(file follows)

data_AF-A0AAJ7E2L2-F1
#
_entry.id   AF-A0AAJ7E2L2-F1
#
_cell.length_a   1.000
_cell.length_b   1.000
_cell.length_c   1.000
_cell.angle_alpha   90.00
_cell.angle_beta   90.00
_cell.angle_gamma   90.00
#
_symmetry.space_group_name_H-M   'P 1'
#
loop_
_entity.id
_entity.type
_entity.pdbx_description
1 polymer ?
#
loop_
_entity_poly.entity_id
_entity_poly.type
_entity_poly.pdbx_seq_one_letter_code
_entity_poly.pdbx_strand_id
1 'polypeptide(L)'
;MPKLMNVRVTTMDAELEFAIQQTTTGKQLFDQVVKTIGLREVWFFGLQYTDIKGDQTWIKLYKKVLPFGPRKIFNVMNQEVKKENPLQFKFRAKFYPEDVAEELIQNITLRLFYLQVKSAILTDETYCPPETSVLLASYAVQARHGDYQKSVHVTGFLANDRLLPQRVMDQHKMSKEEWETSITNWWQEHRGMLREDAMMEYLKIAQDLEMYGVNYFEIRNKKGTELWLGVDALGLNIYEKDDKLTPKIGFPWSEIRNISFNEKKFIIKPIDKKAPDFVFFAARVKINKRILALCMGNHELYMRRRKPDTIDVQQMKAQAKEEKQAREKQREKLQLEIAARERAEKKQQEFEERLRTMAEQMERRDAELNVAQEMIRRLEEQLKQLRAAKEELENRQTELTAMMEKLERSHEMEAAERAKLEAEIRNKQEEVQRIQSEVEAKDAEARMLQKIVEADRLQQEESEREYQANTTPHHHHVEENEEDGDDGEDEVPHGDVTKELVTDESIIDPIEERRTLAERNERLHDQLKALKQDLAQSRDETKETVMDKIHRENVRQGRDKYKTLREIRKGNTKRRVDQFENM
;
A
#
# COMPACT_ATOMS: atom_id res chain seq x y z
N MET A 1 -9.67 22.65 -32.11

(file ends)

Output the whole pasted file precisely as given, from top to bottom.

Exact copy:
data_AF-A0AAJ7E2L2-F1
#
_entry.id   AF-A0AAJ7E2L2-F1
#
_cell.length_a   1.000
_cell.length_b   1.000
_cell.length_c   1.000
_cell.angle_alpha   90.00
_cell.angle_beta   90.00
_cell.angle_gamma   90.00
#
_symmetry.space_group_name_H-M   'P 1'
#
loop_
_entity.id
_entity.type
_entity.pdbx_description
1 polymer ?
#
loop_
_entity_poly.entity_id
_entity_poly.type
_entity_poly.pdbx_seq_one_letter_code
_entity_poly.pdbx_strand_id
1 'polypeptide(L)'
;MPKLMNVRVTTMDAELEFAIQQTTTGKQLFDQVVKTIGLREVWFFGLQYTDIKGDQTWIKLYKKVLPFGPRKIFNVMNQEVKKENPLQFKFRAKFYPEDVAEELIQNITLRLFYLQVKSAILTDETYCPPETSVLLASYAVQARHGDYQKSVHVTGFLANDRLLPQRVMDQHKMSKEEWETSITNWWQEHRGMLREDAMMEYLKIAQDLEMYGVNYFEIRNKKGTELWLGVDALGLNIYEKDDKLTPKIGFPWSEIRNISFNEKKFIIKPIDKKAPDFVFFAARVKINKRILALCMGNHELYMRRRKPDTIDVQQMKAQAKEEKQAREKQREKLQLEIAARERAEKKQQEFEERLRTMAEQMERRDAELNVAQEMIRRLEEQLKQLRAAKEELENRQTELTAMMEKLERSHEMEAAERAKLEAEIRNKQEEVQRIQSEVEAKDAEARMLQKIVEADRLQQEESEREYQANTTPHHHHVEENEEDGDDGEDEVPHGDVTKELVTDESIIDPIEERRTLAERNERLHDQLKALKQDLAQSRDETKETVMDKIHRENVRQGRDKYKTLREIRKGNTKRRVDQFENM
;
A
#
# COMPACT_ATOMS: atom_id res chain seq x y z
N MET A 1 -9.67 22.65 -32.11